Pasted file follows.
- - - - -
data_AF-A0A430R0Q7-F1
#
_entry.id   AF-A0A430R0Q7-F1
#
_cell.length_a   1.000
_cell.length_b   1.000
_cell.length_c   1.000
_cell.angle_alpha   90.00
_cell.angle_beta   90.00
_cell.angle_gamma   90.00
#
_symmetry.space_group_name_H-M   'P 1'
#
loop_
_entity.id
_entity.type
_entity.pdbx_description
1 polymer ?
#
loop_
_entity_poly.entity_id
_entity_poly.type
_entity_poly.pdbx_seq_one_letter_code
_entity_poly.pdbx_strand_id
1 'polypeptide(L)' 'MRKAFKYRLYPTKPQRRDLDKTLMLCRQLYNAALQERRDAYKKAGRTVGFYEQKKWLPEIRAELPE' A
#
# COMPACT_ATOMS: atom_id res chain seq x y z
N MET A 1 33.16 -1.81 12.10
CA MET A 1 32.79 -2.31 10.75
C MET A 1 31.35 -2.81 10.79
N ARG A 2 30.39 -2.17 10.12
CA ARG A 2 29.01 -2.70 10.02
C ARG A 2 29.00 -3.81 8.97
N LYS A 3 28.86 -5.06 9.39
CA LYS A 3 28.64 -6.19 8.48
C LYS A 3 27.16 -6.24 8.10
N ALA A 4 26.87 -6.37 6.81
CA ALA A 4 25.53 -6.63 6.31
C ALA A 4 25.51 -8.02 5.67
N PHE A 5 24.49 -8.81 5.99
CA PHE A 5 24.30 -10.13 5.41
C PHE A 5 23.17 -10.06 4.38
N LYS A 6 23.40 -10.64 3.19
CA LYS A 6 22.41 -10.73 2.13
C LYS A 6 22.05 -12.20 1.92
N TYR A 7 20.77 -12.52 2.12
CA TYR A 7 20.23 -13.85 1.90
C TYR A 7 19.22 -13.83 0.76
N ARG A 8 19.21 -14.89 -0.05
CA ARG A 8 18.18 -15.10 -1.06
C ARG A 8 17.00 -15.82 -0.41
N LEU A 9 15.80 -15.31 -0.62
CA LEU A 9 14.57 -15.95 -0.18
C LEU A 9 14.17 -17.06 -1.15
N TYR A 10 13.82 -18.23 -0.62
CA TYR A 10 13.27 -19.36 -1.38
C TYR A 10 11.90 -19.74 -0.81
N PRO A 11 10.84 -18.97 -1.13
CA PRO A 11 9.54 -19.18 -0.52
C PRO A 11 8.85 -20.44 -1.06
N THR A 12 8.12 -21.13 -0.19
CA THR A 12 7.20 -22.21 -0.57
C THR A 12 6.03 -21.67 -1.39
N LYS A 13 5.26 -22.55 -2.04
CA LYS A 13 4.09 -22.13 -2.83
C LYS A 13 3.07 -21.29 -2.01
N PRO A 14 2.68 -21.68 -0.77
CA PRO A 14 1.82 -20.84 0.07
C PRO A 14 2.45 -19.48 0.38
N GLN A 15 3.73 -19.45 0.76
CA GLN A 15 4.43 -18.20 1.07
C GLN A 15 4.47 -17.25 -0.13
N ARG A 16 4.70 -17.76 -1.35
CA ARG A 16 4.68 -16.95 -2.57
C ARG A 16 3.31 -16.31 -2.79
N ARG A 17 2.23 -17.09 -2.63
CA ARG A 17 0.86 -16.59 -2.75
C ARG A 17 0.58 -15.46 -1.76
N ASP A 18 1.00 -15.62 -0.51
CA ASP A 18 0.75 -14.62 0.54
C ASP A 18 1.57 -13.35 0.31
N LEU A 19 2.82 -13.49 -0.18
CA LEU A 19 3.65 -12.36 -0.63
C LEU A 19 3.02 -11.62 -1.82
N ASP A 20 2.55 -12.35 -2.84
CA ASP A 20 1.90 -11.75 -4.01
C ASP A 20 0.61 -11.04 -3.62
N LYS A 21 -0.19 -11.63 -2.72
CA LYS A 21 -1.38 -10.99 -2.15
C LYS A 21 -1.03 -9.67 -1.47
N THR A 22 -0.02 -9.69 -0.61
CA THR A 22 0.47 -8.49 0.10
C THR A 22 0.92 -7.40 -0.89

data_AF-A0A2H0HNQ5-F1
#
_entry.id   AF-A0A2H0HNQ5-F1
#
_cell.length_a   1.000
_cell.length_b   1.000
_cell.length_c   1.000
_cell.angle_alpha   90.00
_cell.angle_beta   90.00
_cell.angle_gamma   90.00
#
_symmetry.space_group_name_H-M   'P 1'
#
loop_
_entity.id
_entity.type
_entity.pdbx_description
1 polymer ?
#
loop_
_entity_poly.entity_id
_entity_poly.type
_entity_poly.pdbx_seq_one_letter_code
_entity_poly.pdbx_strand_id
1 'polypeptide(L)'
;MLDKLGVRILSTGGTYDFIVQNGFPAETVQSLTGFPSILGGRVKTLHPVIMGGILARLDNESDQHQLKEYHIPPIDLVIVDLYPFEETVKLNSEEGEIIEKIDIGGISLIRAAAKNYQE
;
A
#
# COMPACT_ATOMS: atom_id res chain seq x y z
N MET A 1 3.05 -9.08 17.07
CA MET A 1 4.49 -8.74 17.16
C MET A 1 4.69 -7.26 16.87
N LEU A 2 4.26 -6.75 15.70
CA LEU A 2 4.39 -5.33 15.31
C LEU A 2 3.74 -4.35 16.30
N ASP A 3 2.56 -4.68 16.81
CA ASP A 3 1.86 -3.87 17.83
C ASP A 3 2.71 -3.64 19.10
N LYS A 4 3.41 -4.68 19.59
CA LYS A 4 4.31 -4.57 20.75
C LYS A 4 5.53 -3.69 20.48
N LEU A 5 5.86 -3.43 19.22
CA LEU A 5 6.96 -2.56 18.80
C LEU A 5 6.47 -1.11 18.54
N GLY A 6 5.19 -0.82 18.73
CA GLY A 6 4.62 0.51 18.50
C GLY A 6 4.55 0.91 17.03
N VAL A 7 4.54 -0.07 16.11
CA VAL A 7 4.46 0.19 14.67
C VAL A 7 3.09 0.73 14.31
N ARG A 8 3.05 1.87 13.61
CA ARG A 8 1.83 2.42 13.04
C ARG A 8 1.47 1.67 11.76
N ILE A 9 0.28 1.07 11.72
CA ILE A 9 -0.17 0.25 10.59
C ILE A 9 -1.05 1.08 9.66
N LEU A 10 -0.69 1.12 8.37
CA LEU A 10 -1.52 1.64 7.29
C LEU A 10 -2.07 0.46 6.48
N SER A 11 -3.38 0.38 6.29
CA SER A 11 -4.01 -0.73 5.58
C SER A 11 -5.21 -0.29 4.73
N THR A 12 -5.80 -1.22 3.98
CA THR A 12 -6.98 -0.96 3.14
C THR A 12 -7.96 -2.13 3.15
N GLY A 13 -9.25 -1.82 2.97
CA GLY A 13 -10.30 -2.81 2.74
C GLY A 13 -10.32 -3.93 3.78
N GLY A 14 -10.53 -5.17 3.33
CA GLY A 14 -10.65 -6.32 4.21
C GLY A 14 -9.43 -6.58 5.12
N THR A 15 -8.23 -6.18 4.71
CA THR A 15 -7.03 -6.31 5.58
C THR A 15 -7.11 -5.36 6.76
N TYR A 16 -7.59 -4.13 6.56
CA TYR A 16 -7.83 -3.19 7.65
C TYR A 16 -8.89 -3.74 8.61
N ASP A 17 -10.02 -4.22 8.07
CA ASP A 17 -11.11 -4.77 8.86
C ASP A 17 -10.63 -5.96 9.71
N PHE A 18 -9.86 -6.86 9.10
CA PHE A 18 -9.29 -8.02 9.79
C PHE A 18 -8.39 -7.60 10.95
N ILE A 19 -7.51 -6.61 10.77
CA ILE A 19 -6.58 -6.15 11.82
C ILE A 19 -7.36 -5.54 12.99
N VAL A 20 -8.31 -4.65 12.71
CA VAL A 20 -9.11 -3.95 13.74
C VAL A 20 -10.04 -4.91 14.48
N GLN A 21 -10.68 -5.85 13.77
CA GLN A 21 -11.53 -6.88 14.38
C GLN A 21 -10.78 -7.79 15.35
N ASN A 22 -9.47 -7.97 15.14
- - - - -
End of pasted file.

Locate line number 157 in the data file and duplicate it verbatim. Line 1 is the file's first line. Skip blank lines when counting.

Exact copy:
N THR A 12 -5.80 -1.22 3.98